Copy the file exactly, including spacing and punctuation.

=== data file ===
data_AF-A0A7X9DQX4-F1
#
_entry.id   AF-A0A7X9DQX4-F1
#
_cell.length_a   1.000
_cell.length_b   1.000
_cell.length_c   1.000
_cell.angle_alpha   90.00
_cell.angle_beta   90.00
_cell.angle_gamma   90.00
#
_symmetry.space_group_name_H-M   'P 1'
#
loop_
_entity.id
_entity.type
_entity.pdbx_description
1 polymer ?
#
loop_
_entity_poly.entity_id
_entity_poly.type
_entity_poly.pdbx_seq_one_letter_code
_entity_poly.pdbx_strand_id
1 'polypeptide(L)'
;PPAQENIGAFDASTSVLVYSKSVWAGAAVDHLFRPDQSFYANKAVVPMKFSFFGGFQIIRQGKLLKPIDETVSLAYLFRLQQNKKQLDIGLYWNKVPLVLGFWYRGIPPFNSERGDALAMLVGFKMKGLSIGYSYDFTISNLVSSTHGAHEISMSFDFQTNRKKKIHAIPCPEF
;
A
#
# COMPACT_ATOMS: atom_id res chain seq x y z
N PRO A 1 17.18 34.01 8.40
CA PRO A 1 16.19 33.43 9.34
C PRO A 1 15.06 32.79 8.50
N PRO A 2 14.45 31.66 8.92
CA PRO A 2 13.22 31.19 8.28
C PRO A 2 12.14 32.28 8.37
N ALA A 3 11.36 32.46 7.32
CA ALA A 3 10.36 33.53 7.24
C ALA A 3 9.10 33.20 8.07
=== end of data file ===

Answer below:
data_AF-A0A7X9DQX4-F1
#
_entry.id   AF-A0A7X9DQX4-F1
#
_cell.length_a   1.000
_cell.length_b   1.000
_cell.length_c   1.000
_cell.angle_alpha   90.00
_cell.angle_beta   90.00
_cell.angle_gamma   90.00
#
_symmetry.space_group_name_H-M   'P 1'
#
loop_
_entity.id
_entity.type
_entity.pdbx_description
1 polymer ?
#
loop_
_entity_poly.entity_id
_entity_poly.type
_entity_poly.pdbx_seq_one_letter_code
_entity_poly.pdbx_strand_id
1 'polypeptide(L)'
;PPAQENIGAFDASTSVLVYSKSVWAGAAVDHLFRPDQSFYANKAVVPMKFSFFGGFQIIRQGKLLKPIDETVSLAYLFRLQQNKKQLDIGLYWNKVPLVLGFWYRGIPPFNSERGDALAMLVGFKMKGLSIGYSYDFTISNLVSSTHGAHEISMSFDFQTNRKKKIHAIPCPEF
;
A
#
# COMPACT_ATOMS: atom_id res chain seq x y z
N PRO A 1 17.18 34.01 8.40
CA PRO A 1 16.19 33.43 9.34
C PRO A 1 15.06 32.79 8.50
N PRO A 2 14.45 31.66 8.92
CA PRO A 2 13.22 31.19 8.28
C PRO A 2 12.14 32.28 8.37
N ALA A 3 11.36 32.46 7.32
CA ALA A 3 10.36 33.53 7.24
C ALA A 3 9.10 33.20 8.07